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In an election year where we have a Democratic candidate who is the most charismatic politician we’ve witnessed since Kennedy, it can be easy to forget about the other elections. And by the other elections, of course I mean the incredibly dynamic U.S. Senate races being held around the country. There are 35 seats up for election, but 23 of those seats were previously held by Republicans and only 12 were held by Democrats. What does this mean? Basically, it translates into big trouble for Republicans, and an opportunity for Democrats that is just as crucial as electing Obama for President.

And it gets even worse for Republicans. Of those 12 Democratic seats, only one seat is seriously threatened while a slough of the Republican seats are in real jeopardy. For voters in any of the States where these critical elections are being held, it’s time to get just as mobilized and excited about your Democratic Senatorial candidate as you may feel about Obama. This next ballot is especially important for you. For those in other States, I encourage you to donate a percentage of everything you donate to Obama to a few of your favorite Senatorial races. If you really want change, we need Democrats to pick up these seats in the Senate.

In this spirit, I thought I’d make a guide to all of the close races we’ll be seeing in the Senate this year. I’ll do this alphabetically by State:

Alaska: Nick Begich (D) vs. Ted Stevens (R). Stevens’ seat, vulnerable already, recently became more vulnerable after he was indicted on 7 felony accounts for not disclosing huge gifts he got from Big Oil. In other words, he’s the typical Republican conservative corporate crony. Begich should win this one, but this is one opportunity Democrats have to capitalize on.

Colorado: Mark Udall (D) vs. Bob Schaffer (R). This is an open seat after Republican Wayne Allard announced his retirement. This is a close race, and an absolutely essential one. Colorado has been swaying toward the blue in recent years, and Schaffer is running a dirty campaign with ads full of falsehoods and lies (in typical GOP strategical fashion). Schaffer is also a corporate crony: he has been pushing oil deals that would harm US-Iraq policy. None of this is to mention Schaffer’s close ties to blatant human rights abuses on the Marianas Islands. Why must the Right always be so clearly on the side of evil? We need to get Udall elected here.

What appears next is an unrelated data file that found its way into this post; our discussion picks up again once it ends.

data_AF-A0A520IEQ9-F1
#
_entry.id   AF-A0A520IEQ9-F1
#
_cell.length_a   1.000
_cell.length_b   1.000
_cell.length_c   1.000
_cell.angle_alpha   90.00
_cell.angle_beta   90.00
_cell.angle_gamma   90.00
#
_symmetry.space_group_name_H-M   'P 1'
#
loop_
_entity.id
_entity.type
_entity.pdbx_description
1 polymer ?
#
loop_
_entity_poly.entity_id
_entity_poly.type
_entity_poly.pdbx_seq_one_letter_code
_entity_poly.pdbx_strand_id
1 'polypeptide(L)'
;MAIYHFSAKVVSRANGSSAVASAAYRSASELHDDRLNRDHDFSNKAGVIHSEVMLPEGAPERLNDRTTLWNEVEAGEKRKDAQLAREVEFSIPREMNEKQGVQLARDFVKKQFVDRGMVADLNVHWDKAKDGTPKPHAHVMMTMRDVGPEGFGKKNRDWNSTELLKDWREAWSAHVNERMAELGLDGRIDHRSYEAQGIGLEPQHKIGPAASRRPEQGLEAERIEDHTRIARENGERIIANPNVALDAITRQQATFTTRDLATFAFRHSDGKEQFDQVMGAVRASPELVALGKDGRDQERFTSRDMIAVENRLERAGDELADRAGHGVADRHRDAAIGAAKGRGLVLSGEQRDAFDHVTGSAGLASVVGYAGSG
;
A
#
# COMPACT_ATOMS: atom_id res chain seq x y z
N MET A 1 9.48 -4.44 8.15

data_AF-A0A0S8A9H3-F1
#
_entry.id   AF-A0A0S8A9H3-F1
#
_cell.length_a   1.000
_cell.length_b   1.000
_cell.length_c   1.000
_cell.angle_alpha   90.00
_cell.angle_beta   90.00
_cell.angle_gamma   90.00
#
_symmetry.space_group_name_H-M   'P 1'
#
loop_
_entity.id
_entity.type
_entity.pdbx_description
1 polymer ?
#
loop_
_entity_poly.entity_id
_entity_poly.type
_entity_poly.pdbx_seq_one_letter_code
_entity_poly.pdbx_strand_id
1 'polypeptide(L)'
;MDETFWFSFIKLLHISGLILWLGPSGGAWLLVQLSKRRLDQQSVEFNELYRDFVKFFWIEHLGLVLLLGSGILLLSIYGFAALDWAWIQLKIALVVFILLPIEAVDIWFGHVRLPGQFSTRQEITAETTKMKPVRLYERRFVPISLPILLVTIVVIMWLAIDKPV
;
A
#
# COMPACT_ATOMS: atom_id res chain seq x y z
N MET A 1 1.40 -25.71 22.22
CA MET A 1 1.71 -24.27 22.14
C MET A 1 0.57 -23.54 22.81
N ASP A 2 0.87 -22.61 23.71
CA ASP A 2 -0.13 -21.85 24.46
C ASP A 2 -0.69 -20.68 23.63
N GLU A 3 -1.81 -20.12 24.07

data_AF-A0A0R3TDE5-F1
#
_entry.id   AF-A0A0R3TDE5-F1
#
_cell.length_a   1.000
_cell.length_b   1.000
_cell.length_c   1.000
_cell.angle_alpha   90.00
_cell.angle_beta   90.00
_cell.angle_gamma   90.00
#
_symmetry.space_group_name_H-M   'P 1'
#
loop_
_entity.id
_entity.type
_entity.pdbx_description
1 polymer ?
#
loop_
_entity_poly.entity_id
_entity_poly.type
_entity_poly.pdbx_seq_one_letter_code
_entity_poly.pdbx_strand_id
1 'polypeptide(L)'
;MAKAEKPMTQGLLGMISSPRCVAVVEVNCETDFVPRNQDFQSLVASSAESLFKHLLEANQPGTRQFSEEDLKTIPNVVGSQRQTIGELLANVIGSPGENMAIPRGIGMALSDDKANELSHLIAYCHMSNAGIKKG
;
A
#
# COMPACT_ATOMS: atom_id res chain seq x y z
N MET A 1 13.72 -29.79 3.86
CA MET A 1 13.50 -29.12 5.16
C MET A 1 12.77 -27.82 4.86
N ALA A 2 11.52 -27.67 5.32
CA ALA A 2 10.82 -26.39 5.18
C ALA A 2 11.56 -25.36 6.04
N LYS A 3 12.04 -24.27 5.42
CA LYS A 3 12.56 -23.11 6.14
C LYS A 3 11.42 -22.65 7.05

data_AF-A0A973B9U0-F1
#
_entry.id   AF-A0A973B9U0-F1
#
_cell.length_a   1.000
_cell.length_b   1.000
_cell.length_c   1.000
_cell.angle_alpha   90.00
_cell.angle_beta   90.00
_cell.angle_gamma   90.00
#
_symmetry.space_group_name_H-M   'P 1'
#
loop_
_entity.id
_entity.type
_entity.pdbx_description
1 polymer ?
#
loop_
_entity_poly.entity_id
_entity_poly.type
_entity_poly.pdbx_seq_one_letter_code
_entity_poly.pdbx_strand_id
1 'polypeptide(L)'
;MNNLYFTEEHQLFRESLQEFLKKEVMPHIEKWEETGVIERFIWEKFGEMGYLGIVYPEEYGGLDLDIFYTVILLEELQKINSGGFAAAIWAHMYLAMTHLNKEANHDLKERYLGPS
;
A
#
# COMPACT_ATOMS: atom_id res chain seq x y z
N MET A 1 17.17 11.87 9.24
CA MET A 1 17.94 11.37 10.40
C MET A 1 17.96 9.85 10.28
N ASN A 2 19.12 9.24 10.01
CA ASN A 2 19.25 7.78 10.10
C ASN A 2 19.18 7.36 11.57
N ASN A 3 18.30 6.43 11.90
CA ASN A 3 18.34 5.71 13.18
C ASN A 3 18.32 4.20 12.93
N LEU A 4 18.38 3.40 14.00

Idaho: Larry LaRocco (D) vs. Jim Risch (R). This seat used to belong to Republican Larry Craig. Remember Larry Craig?–Everyone’s favorite gay-basher who got busted for soliciting gay sex? Well, after some theatrics, he’s gone. But this is still a Red State, and LaRocco has an uphill battle. Risch has a lot more money, but the good news is there are a couple of other conservatives on the ballot, which could siphon away some of Risch’s support.

Kentucky: Bruce Lunsford (D) vs. Mitch McConnell (R). This one isn’t going to be easy. McConnell is, of course, the Senate Minority Leader, and he has a gigantic funding advantage. Still, the race is within 10 points and making McConnell nervous could shake up Republican leadership.

Louisiana: Mary Landrieu (D) vs. John Neely Kennedy (R). Landrieu has the only incumbent Democratic seat which is in real trouble. Kennedy (who has no relationship to the Kennedy family in MA at all) is being propped up primarily by the fact that a huge percentage of Landrieu’s voters were displaced and never returned home after Hurricane Katrina. As a result of the missing African-American vote especially, this should be a tight race. Remember: keeping this seat is just as important as picking up a Republican seat.

Maine: Tom Allen (D) vs. Susan Collins (R). This is an uphill battle for Allen against the incumbent Collins. Like Oregon’s Smith, Collins gets elected despite being in a Blue State by running as a moderate. Still, it’s essential for Maine voters to understand that their Democratic interests are far better represented by Allen. This one should be really close.